Two or three hours is long enough to be up on your own and with shorter watch times, there is the opportunity to change sail during a change of watch when there are two people on deck.

When my wife and I are double-handed passagemaking, we stick to three-hour watches, as this is as long as I can keep concentration. But it is tiring. For ocean crossings we tend to have an extra person to help.

Night raids and the importance of the midnight snack

When racing you have to push 24 hours a day to be competitive, although you can be a bit more conservative at night to help preserve the boat and crew.

When I skippered Concert in the BT Global Challenge, we would occasionally do a ‘night raid’. This involved handing out a few extra treats for dinner then, putting the best drivers on the helm, we would really push through the hours of darkness. This usually paid off with a few miles gained.

I would be happy to cross an ocean on freeze-dried food but I think I am in a minority! Food and drink is important for fuel and also for enjoyment.

Food at night is particularly important for energy and well-being. Sealed personal drink flasks stay hot for a couple of hours, the biggest danger being burning your mouth in the first hour. Snacks are also good on night watches: our bodies are used to sleeping at night and a snack helps to keep us going.

One trick that I like is a Cup-a-Soup in a wide-mouthed flask with a few teaspoons of couscous added. Put the lid on and leave it five minutes and you have a tasty and filling savoury snack!

How to be a watchkeeper

Watchkeepers should not take the responsibility lightly. You need an experienced watchkeeper crossing the Channel due to the level of shipping and navigation required on the passage. Further offshore a less experienced watchkeeper has more time to call the skipper.

Why longer passages are easier

Everyone on board has to get enough sleep. It may be possible, physically, to go 24 hours without sleep, but decision-making suffers and it is easy to make mistakes.

I prefer, if possible, to have at least two people on a watch, this avoids having to call extra crew for small sail changes or manoeuvres. It does also mean that when you are off watch, your sleep is not disturbed. With two on watch, three or four-hour watches pass quickly, split between steering, lookout, and navigation.

Racing is a bit different as there is generally a bigger crew. I am not a fan of everyone on the rail all night, and rotating the crew so everyone gets some sleep is important.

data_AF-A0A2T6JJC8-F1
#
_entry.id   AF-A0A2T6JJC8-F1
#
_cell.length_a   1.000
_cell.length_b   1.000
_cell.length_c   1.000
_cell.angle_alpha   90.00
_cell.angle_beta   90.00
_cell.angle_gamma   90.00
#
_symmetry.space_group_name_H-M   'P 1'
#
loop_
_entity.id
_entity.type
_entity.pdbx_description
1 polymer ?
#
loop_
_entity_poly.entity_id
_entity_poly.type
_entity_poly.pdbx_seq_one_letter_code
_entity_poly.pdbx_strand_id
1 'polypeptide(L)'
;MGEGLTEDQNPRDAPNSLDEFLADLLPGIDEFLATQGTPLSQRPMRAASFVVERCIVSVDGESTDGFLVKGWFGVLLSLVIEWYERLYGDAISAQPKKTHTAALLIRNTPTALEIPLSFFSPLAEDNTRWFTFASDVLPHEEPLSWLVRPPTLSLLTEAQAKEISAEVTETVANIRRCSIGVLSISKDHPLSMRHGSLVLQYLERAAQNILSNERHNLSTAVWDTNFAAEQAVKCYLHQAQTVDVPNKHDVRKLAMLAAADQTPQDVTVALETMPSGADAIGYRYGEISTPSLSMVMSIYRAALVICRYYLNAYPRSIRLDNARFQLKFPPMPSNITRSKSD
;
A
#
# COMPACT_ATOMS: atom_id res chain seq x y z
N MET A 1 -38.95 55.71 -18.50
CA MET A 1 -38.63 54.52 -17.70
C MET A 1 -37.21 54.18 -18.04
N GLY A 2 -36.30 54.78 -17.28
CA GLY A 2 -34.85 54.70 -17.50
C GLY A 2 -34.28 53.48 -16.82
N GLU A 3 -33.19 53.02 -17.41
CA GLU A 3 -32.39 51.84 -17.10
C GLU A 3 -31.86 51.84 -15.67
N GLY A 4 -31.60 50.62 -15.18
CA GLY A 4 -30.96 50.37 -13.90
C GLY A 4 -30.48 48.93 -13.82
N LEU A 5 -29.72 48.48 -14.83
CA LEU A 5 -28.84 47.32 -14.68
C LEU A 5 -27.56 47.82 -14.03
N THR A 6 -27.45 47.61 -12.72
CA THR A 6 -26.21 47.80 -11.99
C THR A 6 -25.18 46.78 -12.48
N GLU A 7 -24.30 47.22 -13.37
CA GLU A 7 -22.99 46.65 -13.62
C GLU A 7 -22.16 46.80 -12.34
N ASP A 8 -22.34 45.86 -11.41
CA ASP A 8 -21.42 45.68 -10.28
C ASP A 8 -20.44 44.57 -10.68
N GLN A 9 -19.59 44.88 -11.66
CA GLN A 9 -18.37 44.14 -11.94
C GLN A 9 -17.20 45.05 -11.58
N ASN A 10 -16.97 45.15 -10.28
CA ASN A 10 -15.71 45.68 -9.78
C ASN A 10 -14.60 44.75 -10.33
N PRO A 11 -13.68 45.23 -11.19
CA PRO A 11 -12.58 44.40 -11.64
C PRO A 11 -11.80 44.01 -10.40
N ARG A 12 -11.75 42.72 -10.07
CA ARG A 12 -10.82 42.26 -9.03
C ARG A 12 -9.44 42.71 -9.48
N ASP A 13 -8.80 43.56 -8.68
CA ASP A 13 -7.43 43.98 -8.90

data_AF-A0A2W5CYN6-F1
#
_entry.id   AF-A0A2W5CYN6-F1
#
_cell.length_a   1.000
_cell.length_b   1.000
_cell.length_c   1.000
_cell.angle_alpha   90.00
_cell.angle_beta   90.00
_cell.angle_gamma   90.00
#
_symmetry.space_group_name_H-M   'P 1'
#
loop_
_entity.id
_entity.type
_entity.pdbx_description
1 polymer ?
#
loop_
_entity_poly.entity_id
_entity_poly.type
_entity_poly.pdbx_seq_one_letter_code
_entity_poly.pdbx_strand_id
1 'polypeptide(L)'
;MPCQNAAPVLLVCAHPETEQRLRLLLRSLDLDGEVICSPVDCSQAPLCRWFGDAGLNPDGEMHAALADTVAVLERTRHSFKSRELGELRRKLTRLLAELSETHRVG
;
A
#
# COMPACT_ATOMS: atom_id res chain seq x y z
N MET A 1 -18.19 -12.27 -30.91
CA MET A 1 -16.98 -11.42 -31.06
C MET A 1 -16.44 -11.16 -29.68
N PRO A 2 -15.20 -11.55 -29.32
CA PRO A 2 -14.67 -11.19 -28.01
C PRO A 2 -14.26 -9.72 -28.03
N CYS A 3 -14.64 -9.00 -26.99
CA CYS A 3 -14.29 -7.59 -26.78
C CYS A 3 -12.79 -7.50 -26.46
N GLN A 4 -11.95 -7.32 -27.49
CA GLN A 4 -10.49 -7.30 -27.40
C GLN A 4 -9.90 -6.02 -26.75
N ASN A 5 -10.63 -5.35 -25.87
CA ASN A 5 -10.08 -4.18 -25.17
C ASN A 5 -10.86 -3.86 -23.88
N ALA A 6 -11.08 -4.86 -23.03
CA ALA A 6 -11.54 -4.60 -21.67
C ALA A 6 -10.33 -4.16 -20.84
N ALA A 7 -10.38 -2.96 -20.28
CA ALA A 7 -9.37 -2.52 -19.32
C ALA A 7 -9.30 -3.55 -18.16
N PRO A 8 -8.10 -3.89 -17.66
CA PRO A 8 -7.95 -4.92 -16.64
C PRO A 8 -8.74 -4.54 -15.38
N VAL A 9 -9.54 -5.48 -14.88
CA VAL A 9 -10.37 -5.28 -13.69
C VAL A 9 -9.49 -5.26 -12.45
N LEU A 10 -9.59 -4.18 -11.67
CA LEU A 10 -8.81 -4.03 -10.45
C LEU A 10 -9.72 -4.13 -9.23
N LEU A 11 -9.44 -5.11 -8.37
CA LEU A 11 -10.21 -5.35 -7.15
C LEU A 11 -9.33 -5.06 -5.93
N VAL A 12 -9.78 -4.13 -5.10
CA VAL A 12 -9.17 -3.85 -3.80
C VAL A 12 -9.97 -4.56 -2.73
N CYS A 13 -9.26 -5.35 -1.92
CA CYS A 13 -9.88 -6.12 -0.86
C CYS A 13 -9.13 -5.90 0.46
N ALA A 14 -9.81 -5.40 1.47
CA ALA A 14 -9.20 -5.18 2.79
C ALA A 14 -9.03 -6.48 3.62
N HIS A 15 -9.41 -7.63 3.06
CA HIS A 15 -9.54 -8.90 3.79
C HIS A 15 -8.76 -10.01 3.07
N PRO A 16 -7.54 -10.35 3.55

For longer races like the Fastnet I would have a rigid watch system so everyone gets some good sleep. If anything goes wrong then it always seems to happen at about 0400 when people are at their lowest ebb.

I would also get into the watch system early, probably before Portland, to get into a rhythm. Our bodies are very complex and need time to adjust; a short passage of two or three nights can be more tiring than a transatlantic.

Personally I find it takes about three days to get settled. I then get one really good deep sleep and I am fine for the rest of the voyage. I tend to find short passages – anything less than three days – more tiring, which is why I prefer a bigger crew for sailing a few hundred miles than I do for sailing longer passages.

7 Top tips for Safety at  night

• Prepare your boat: mark all halyards and brief crew on cockpit layout
• Be patient with night vision: it takes three hours to fully adapt and moments to ruin
• Red lights: either use red see-through film, red light bulbs or even nail polish
• Get into watches early on the voyage: the body needs time to adjust to a new rhythm
• Good food is especially important at night when the body is conditioned to be sleeping
• Think safety and preparation: don’t run a one-person watch if the boat’s not easy to sail solo
• Avoid getting overtired: concentration and decision making is essential at sea

Chris Tibbs is a meteorologist and weather router, professional sailor and navigator, as well as an ARC safety inspector. He is currently doing a circumnavigation with his wife, Helen, on their own boat, Taistealai.